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The Harmful Effects of the Wildlife Selfie Craze

Young slothBy Sam Trull, Sloth Director/Co-Founder The Sloth Institute Costa Rica

Recently there has been a proliferation of wildlife selfies being posted on social media sites, with Instagram alone reporting an increase of 300%. And thankfully, there has been a huge response from the global community on the harm these selfies impose on wildlife. We get that some people just don’t realize that taking selfies with wildlife is simply not only harmful but unethical.

A recent video uncovered by the investigative work of “World Animal Protection” tells a horrific story. Trees are being chopped down and sloths are being ripped out of trees and are passed around from tourist to tourist as if they were a toy. These sloths are wild animals and show all the signs of being in stress when taken from their environment. An average tourist thinks that the sloths outstretched arms are a sign of the sloths posing when in fact it means they are in high stress mode.The Sloth Institute logo

There is no way these precious animals will survive very long in these conditions. Unfortunately, their survival isn’t important to those who are profiting from this trade. They can always go and steal another sloth from the jungle. It’s a vicious cycle full of suffering sloths and dwindling wild populations. Every day wild sloths are removed from their jungle homes for no reason other than to make money off of naive tourists. People who travel from faraway lands relish the opportunity to get close to and even touch a sloth! I get it. A well angled selfie gets many likes on social media and sloths are amazing. I work with them every single day and I never get tired of seeing their sweet faces. I never forget the honor and privilege it is to work so closely with them. But the only place I truly enjoy seeing them…is in the wild. The only ‘sloth selfie’ I will take is the one with my sloth necklace or a stuffed sloth.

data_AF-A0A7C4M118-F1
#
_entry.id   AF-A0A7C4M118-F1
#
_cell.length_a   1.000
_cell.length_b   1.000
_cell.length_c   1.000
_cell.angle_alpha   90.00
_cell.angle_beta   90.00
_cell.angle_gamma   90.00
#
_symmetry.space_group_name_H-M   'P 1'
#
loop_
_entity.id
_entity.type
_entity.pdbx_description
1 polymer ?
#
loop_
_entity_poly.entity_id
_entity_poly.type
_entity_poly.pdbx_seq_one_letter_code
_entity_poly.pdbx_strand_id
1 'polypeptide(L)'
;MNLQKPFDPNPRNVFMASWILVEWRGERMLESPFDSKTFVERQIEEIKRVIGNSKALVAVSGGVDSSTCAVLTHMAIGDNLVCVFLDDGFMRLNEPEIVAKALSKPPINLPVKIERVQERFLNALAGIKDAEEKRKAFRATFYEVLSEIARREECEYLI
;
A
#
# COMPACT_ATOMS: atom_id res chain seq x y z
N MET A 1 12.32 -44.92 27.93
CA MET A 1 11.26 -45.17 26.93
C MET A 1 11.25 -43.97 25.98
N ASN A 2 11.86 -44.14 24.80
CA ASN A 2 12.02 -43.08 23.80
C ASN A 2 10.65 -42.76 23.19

Stuffed sloth selfieBut there is good news. There is something you can do about it! Just say NO to taking selfies with sloths or any wild animal on your travels. If no one is paying for this service, then it will no longer continue. And help educate your neighbor. The best wildlife photo opportunity is one where they are in their natural environment; shot from a distance. You can help save sloths just by saying no and by spreading this message. Be a responsible sloth/wildlife tourist and pledge your allegiance to this cause here:
theslothinstitutecostarica.org/dont-selfiesh-protect-wildlife-sloth-ambassador-pledge.

Here are other ways you can be a responsible sloth tourist

Say no to sloth selfies. Being touched by humans creates extreme stress for sloths. Never pay to touch, hold, or take a photograph with a sloth.
Whisper in their presence. Loud noises are very stressful to sloths, please speak quietly in their presence.
Do not use flash photography when capturing a photo. Bright lights are blinding to sloths. Please take photos without using a flash.
Don’t loiter around them once you’ve had a good view of them. Sloths freeze when you stop nearby; move along so they can move along.
Do not spray bug spray or smoke near sloths. Sloths have very sensitive lungs, if you must use spray, apply away from the sloths.
Drive slowly and carefully. Sloths need a lot of time to cross a street. If necessary, pull over and let other vehicles know that one is crossing a street.
Support eco-friendly & local businesses. Sloths need trees, a healthy environment and clean water to survive. Anything you can do to help protect the planet, helps protect the sloths.

Together we can make a difference. #slothlove


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